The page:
The perfect symmetry and elegant proportions of this mei-ping form vase attest to its creator’s familiarity with classical Far Eastern prototypes. However, the mottled flambé glaze cascading down the vase’s body mark it as a product of its time, when French art potters looked to the past for inspiration while asserting their modernity through novel glaze effects; such glazes also served as a form of branding for the firms that perfected them.
About Pierre Adrien Dalpayrat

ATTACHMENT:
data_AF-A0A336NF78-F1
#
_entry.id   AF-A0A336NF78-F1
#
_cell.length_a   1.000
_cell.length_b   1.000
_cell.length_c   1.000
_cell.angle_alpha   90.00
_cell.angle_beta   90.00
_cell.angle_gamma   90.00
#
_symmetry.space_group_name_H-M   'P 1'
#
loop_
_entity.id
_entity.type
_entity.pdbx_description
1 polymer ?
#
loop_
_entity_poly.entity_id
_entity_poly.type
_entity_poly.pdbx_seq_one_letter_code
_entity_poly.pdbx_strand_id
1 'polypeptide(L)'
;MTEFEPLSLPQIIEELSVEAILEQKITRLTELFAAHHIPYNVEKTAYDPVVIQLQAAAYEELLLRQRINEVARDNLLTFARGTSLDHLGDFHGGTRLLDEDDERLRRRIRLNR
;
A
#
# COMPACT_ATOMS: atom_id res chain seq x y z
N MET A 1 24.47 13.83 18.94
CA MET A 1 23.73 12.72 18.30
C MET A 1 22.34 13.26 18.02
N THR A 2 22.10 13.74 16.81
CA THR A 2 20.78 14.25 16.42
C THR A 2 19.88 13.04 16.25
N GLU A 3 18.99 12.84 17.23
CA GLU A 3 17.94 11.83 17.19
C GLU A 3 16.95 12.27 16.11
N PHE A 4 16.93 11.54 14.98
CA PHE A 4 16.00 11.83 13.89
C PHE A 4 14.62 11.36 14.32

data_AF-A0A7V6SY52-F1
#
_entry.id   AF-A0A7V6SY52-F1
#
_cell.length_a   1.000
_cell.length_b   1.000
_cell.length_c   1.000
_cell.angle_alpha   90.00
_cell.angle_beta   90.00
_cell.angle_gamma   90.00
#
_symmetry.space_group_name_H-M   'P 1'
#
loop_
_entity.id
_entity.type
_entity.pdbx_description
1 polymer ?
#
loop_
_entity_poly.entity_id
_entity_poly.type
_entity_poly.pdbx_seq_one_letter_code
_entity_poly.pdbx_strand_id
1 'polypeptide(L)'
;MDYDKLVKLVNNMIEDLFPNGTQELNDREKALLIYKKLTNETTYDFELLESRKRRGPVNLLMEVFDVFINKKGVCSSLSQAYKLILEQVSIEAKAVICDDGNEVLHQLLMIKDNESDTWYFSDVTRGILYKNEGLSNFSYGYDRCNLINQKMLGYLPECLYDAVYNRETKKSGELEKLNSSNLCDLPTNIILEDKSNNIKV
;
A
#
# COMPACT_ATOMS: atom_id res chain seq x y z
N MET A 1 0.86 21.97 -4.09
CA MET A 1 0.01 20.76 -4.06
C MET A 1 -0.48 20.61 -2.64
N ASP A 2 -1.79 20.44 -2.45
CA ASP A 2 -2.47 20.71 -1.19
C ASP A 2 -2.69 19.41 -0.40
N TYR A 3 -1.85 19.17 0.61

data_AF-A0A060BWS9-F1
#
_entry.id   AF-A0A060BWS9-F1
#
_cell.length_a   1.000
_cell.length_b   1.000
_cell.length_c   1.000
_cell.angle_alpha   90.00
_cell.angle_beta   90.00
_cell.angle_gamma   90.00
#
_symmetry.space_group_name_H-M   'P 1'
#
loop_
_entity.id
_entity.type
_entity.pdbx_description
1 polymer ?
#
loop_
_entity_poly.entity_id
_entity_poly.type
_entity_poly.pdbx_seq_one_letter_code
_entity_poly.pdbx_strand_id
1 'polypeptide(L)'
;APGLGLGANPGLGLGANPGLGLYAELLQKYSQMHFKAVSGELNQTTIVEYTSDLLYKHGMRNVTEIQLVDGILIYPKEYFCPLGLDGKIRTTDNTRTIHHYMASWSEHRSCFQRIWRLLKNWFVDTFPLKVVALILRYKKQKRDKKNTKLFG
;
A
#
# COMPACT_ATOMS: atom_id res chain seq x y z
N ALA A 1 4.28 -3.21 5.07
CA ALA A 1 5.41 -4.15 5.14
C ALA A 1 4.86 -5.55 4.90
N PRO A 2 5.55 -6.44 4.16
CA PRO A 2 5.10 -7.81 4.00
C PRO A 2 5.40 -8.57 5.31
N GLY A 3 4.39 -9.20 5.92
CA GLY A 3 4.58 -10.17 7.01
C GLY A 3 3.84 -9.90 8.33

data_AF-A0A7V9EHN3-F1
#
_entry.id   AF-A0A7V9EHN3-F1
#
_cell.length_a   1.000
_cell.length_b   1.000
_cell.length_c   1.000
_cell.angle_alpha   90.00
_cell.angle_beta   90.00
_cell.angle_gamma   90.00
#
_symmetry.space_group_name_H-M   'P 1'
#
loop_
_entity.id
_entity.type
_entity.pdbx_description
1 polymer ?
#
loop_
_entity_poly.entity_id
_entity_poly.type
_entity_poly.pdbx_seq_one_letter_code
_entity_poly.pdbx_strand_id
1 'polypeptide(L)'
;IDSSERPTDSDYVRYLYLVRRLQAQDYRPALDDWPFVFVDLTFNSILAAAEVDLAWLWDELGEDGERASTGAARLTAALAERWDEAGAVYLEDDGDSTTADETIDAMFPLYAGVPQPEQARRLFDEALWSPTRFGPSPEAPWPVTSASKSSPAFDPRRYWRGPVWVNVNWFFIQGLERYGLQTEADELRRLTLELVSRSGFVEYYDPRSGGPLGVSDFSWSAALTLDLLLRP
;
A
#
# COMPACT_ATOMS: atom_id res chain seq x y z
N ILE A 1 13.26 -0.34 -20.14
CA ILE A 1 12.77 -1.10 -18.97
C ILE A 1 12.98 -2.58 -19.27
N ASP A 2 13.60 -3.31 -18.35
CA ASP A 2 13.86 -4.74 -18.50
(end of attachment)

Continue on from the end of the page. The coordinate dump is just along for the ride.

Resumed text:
Adrien Dalpayrat began his career as a faïence painter, working at six manufactories between 1867 and 1888 before settling near Paris in 1889. There he devoted himself to stoneware, a material then held in high esteem by French art potters. Working alone and with collaborators, Dalpayrat produced a vast range of shapes and decorations. He was so well known for his oxblood flambé pottery that the term "Dalpayrat red" was coined to designate his distinctive glaze. Perfected in 1892, it is dappled or veined with greens, blues and yellows, and appears on pieces in the form of gourds, fruits, and shapes derived from Japanese bottles. [Source: Jason Jacques]